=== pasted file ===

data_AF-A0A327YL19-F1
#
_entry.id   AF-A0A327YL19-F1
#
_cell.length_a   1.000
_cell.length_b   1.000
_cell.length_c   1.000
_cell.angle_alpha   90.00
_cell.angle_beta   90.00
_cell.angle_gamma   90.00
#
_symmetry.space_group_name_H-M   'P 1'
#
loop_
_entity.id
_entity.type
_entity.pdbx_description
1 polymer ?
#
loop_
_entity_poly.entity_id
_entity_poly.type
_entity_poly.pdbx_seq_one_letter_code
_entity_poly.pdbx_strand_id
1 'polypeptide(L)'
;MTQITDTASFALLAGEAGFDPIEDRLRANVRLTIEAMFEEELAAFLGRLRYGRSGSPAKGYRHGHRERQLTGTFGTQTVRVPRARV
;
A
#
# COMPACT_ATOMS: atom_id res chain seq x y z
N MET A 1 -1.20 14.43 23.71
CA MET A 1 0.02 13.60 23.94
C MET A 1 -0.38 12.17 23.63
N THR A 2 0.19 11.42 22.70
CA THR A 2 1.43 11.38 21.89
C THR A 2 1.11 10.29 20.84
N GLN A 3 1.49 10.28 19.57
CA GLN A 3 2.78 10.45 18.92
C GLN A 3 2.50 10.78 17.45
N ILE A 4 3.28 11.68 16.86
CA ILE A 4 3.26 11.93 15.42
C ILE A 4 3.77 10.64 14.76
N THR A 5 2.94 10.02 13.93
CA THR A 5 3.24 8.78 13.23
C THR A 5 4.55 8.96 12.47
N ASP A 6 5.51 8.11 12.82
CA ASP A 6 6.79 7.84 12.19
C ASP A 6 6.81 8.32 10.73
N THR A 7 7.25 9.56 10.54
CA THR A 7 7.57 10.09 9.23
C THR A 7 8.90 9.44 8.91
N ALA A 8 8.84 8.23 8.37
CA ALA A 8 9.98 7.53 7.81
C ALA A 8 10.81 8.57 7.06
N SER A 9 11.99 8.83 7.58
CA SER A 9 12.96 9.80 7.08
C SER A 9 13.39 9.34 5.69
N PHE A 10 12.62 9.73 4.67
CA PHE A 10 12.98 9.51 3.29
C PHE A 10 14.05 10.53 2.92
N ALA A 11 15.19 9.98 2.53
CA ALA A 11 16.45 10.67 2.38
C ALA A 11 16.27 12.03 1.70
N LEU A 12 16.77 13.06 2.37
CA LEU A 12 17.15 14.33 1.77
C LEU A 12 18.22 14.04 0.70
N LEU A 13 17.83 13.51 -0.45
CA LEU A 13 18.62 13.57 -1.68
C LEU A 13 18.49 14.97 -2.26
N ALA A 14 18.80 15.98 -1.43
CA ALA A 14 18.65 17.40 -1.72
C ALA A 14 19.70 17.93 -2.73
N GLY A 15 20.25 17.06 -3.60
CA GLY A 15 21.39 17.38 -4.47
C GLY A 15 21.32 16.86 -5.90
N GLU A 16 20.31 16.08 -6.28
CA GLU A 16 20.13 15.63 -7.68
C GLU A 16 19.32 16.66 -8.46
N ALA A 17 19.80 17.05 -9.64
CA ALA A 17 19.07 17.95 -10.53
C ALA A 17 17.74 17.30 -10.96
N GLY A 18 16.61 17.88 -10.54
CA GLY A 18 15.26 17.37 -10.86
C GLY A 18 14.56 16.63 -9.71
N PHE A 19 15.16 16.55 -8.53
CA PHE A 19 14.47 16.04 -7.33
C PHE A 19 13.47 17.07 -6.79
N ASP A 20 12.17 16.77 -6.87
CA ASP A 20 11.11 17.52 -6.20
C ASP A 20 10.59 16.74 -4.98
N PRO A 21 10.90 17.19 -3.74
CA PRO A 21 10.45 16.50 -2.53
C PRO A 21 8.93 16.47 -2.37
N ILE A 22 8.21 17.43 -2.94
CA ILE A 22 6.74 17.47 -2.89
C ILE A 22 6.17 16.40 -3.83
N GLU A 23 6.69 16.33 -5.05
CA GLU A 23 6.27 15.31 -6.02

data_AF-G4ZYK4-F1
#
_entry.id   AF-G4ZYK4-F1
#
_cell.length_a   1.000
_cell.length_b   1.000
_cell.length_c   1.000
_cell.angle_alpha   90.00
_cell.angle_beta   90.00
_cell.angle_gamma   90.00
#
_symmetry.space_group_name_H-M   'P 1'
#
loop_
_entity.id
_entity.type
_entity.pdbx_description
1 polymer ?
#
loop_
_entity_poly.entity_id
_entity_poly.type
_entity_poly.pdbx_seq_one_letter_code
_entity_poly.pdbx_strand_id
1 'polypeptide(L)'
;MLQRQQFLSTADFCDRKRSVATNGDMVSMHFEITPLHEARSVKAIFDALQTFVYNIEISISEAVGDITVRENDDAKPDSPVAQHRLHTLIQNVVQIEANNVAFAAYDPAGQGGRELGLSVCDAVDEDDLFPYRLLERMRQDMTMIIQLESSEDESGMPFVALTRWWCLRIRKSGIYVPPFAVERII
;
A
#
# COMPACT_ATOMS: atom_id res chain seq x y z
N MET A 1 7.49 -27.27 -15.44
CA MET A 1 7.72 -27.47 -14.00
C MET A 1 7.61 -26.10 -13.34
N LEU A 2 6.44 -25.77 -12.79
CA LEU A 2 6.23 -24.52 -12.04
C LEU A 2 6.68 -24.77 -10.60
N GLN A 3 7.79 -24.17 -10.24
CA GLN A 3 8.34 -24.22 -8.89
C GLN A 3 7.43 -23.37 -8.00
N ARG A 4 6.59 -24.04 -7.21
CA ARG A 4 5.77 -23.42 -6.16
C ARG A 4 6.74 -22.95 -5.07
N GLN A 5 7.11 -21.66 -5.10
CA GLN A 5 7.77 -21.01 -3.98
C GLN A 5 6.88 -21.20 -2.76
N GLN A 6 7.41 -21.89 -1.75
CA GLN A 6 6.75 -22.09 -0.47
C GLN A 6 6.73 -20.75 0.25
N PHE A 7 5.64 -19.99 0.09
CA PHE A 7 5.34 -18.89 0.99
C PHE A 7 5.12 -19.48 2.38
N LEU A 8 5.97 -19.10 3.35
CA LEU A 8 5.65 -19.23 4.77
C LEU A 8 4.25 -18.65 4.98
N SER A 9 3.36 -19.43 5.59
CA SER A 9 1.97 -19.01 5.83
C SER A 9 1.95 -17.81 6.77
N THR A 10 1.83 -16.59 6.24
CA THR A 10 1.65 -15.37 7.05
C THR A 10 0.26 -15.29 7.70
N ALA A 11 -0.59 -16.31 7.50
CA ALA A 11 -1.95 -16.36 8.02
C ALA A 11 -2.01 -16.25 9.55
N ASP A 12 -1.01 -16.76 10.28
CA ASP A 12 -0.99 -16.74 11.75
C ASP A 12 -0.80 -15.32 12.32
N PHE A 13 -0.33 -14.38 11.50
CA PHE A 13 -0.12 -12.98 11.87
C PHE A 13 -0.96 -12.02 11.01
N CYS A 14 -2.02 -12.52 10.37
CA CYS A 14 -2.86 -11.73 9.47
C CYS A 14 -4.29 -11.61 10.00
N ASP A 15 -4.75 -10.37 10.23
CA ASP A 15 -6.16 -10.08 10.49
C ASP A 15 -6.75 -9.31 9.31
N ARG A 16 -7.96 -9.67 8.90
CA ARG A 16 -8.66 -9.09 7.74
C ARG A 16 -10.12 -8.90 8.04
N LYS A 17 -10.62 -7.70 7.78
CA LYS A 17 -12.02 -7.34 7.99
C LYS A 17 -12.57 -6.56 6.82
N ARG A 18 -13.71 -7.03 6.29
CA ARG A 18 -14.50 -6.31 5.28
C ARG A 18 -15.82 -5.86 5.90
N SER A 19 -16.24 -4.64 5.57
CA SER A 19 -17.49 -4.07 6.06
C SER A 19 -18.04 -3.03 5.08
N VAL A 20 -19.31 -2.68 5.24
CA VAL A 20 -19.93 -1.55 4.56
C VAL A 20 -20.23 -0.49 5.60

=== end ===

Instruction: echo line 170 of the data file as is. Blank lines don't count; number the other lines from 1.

C CYS A 14 -4.29 -11.61 10.00